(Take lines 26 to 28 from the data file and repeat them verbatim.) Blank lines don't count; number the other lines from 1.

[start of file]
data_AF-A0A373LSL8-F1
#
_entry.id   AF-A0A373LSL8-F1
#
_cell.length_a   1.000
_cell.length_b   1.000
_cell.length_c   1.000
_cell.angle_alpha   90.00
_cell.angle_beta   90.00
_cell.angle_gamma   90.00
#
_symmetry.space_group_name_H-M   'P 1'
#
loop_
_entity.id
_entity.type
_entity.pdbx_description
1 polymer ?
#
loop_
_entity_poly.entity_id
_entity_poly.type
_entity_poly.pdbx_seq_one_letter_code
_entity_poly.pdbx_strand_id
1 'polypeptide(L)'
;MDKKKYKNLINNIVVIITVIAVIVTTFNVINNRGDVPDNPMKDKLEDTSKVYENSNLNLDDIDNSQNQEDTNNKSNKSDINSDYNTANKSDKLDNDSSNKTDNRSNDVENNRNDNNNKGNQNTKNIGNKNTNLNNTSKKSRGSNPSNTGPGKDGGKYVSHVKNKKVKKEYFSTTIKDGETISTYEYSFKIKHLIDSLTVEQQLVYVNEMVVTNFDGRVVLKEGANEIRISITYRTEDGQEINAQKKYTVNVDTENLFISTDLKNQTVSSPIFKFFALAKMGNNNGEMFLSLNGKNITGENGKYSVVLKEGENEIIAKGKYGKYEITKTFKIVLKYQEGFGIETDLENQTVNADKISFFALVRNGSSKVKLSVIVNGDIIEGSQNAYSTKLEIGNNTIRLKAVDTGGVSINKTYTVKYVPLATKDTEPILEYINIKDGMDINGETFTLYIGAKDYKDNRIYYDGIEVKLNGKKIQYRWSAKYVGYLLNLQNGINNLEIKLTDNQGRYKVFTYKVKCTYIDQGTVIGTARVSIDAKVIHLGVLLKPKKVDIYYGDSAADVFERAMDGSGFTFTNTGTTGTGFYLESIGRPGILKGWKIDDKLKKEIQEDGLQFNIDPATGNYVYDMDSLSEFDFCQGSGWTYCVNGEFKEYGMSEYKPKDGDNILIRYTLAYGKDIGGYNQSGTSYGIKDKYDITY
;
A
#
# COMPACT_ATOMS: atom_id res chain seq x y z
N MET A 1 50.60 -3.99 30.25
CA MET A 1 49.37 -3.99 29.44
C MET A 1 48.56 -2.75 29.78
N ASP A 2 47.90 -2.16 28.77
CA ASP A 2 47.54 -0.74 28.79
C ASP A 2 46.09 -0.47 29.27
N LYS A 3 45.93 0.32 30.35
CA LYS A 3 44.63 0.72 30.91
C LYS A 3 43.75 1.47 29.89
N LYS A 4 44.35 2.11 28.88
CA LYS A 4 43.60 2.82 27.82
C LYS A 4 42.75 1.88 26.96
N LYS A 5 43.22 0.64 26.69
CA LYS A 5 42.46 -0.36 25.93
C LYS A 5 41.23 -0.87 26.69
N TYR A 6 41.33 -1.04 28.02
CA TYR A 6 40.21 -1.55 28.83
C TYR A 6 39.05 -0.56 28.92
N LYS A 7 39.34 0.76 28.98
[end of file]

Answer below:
;MDKKKYKNLINNIVVIITVIAVIVTTFNVINNRGDVPDNPMKDKLEDTSKVYENSNLNLDDIDNSQNQEDTNNKSNKSDINSDYNTANKSDKLDNDSSNKTDNRSNDVENNRNDNNNKGNQNTKNIGNKNTNLNNTSKKSRGSNPSNTGPGKDGGKYVSHVKNKKVKKEYFSTTIKDGETISTYEYSFKIKHLIDSLTVEQQLVYVNEMVVTNFDGRVVLKEGANEIRISITYRTEDGQEINAQKKYTVNVDTENLFISTDLKNQTVSSPIFKFFALAKMGNNNGEMFLSLNGKNITGENGKYSVVLKEGENEIIAKGKYGKYEITKTFKIVLKYQEGFGIETDLENQTVNADKISFFALVRNGSSKVKLSVIVNGDIIEGSQNAYSTKLEIGNNTIRLKAVDTGGVSINKTYTVKYVPLATKDTEPILEYINIKDGMDINGETFTLYIGAKDYKDNRIYYDGIEVKLNGKKIQYRWSAKYVGYLLNLQNGINNLEIKLTDNQGRYKVFTYKVKCTYIDQGTVIGTARVSIDAKVIHLGVLLKPKKVDIYYGDSAADVFERAMDGSGFTFTNTGTTGTGFYLESIGRPGILKGWKIDDKLKKEIQEDGLQFNIDPATGNYVYDMDSLSEFDFCQGSGWTYCVNGEFKEYGMSEYKPKDGDNILIRYTLAYGKDIGGYNQSGTSYGIKDKYDITY
;
A